Subject: Re: Addition to force open to open only regular files
To: NetBSD Kernel Technical Discussion List <email@example.com>
From: Greywolf <firstname.lastname@example.org>
Date: 11/24/2000 13:15:07
On Fri, 24 Nov 2000, Greg A. Woods wrote:
# [ On Friday, November 24, 2000 at 04:27:16 (-0500), Matthew Orgass wrote: ]
# > Subject: Re: Addition to force open to open only regular files
# > This is true except for the environment, which is still tainted or not
# > depending on what you did or did not do previously. Opening as the real
# > user id just changes (or specifies) the documented behavior; it does not
# > actually fix anything. While you can argue if the real id should be used
# > or not, it does not address the real issue that tainted data is being
# > used.
# It certainly does fix the major problem here! Normal users are not
# permitted to open things like rewind-on-close tape drives, so using
...Can I see your intergalactic passport, please?
Do you not consider mortals in group 'operator' to be "normal users"?
[if not, explain...]
# open_as() in the library to open $TZ or $HOSTALIASES would prevent users
# from clobbering backups or whatever.
I'm wondering: Why isn't fhopen() modified to check existing permissions
before returning the descriptor? getfh() doesn't appear able to bypass
hierarchy permissions at random; all fhopen() does is guarantee that it'll
return a descriptor to the file in question if it still exists.
# It matters not if the data's tainted as long as the user can only do
# damage to his or her own files. I.e. it's arguable if you could even
# claim the env var's contents are "tainted" in that case -- they might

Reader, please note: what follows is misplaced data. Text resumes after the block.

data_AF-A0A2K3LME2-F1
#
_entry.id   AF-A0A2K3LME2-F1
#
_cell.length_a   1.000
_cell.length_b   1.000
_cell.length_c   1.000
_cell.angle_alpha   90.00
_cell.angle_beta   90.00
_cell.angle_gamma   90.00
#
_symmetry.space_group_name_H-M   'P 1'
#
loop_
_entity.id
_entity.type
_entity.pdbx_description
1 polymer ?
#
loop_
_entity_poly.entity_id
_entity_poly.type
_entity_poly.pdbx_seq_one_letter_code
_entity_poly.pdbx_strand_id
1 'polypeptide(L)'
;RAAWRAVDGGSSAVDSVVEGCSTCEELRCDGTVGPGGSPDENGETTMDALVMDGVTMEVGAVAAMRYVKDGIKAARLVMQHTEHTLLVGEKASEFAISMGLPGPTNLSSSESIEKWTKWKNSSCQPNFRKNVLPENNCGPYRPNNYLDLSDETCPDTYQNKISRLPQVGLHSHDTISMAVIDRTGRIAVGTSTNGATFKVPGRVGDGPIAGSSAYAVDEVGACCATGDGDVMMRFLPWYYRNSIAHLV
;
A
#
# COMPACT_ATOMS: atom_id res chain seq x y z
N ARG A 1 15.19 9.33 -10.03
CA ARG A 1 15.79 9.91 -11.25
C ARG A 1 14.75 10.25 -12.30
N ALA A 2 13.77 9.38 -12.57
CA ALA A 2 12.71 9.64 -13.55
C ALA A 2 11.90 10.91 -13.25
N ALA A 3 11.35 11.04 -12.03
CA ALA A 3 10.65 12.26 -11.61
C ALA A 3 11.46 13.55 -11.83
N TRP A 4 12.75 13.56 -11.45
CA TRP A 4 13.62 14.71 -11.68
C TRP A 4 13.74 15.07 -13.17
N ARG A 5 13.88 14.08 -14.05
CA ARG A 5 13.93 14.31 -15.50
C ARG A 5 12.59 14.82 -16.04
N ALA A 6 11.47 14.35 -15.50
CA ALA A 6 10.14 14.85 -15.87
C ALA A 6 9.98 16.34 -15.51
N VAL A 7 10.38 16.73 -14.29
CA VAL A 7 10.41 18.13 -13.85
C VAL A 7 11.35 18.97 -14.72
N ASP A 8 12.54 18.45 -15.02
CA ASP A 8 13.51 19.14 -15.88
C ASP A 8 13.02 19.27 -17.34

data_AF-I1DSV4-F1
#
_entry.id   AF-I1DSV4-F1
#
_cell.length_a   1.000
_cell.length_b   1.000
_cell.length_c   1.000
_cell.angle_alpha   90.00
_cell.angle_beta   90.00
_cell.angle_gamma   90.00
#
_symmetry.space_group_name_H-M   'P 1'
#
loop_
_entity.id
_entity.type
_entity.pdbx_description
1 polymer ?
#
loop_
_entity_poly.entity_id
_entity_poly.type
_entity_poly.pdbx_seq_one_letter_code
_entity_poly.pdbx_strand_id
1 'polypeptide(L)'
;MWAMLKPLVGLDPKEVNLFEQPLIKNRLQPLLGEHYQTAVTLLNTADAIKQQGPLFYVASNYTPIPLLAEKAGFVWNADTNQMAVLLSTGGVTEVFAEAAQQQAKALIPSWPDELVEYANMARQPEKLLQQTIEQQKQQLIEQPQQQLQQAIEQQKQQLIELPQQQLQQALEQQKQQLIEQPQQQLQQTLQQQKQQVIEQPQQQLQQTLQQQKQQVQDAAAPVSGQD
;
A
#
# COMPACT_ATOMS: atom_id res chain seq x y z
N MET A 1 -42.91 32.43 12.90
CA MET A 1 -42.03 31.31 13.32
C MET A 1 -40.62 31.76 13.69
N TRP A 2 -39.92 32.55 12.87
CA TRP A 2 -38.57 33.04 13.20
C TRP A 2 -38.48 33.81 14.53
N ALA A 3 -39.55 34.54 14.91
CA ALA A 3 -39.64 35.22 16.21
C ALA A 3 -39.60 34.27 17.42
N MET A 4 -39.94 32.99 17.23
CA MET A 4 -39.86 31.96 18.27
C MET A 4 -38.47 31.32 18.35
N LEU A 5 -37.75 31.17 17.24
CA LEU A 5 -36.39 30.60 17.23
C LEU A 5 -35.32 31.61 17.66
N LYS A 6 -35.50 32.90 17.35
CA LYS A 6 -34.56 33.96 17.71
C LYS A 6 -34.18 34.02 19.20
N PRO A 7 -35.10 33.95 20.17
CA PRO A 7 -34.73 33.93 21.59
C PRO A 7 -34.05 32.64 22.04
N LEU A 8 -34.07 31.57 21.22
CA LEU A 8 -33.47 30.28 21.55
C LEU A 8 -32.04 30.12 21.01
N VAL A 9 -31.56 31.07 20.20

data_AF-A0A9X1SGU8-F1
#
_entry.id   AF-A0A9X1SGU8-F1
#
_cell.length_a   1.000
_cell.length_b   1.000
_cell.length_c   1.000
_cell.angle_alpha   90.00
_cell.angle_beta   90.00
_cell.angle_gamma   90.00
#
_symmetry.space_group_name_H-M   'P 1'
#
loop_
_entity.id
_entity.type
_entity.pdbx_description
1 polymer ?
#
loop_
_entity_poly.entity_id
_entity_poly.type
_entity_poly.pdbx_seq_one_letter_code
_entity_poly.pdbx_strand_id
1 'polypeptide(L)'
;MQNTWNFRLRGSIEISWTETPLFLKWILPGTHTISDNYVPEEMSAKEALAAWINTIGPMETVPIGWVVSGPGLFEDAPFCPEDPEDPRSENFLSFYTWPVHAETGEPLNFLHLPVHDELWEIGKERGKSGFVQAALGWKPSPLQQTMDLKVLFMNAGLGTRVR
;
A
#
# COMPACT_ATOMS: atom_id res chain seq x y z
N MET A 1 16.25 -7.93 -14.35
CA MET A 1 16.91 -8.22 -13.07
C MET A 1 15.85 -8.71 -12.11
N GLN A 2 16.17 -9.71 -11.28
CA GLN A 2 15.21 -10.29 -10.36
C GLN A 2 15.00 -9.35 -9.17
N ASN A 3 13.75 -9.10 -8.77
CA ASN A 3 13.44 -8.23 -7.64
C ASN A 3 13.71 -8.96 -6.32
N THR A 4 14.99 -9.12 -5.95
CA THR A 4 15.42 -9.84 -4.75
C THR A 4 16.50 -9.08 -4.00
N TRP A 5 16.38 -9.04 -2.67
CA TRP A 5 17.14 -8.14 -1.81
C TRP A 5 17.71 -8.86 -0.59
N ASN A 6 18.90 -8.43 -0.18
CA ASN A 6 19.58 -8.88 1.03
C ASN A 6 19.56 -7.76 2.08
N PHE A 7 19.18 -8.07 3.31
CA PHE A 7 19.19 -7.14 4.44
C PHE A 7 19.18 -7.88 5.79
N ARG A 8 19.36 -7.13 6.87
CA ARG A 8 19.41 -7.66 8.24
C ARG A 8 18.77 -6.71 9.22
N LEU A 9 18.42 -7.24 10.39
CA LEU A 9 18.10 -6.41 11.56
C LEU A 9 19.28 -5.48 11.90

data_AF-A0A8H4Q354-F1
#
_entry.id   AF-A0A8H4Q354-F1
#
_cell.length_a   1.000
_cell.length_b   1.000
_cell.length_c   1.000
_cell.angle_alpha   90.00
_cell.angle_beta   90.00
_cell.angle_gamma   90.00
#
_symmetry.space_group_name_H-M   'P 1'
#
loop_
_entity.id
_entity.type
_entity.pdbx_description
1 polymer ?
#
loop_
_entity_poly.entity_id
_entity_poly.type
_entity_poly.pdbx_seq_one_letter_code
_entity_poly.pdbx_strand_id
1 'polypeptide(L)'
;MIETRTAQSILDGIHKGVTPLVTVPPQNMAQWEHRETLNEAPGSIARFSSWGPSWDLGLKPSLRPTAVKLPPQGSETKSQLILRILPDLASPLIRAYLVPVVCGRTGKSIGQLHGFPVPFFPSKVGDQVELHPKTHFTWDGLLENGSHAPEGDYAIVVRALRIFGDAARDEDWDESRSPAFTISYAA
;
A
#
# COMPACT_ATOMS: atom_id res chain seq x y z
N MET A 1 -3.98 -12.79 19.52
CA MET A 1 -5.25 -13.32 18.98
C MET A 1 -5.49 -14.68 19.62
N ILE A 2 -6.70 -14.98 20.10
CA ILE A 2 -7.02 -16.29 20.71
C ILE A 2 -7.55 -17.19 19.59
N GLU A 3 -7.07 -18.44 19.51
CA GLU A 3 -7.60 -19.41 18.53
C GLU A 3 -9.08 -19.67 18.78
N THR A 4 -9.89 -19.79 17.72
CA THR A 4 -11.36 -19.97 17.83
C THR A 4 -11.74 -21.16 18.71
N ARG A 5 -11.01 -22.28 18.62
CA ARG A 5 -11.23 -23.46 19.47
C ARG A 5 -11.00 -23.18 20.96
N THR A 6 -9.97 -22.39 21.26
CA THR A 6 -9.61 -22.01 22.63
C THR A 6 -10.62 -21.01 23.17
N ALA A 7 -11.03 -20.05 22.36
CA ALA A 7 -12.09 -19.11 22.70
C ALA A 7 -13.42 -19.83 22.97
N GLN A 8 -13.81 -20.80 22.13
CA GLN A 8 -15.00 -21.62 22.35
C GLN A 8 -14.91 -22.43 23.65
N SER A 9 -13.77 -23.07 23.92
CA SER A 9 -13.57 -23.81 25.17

# not be valid, but they're not dangerous (to the system) any more.
Now it's a matter of semantics; the argument has taken the tack of
"would you sleep with me for a million dollars?".
The more I look at it, the less inclined I am to see that open_as()
has any real merit.
I've seen three problems here and we're trying to address all of them
with a brick.
1. How to prevent a normal user from opening any file when a program
is given super-user privileges?
2. How to avoid using tainted data in a misdirected fashion?
3. How to avoid opening a different file than was originally intended.
open_as() is attempting to Be The Brick.
# > It is just as easy to permanently drop privileges now. Removing saved
# > ids only make it impossible to temporarily drop privileges and do not
# > change the fact that the environment must be untainted while in the higher
# > privilege. But if you can temporarily drop privileges, then you should
# > always run in the lower privilege except for the exact places where you
# > need the higher privilege. In this case, opening files specified in
# > environment variables would be done as the real user even if done as the
# > effective id.
# The *ONLY* gain in running with temporarily lowered privileges currently
# is that you don't have to remember to drop them before calling any
# system call which might make use of the process' effective-ID
# credentials (and since this can happen inside library routines this
# means the set-ID programmer doesn't have to be 100% familiar with all
# such library routines). Unfortunately does not prevent a buffer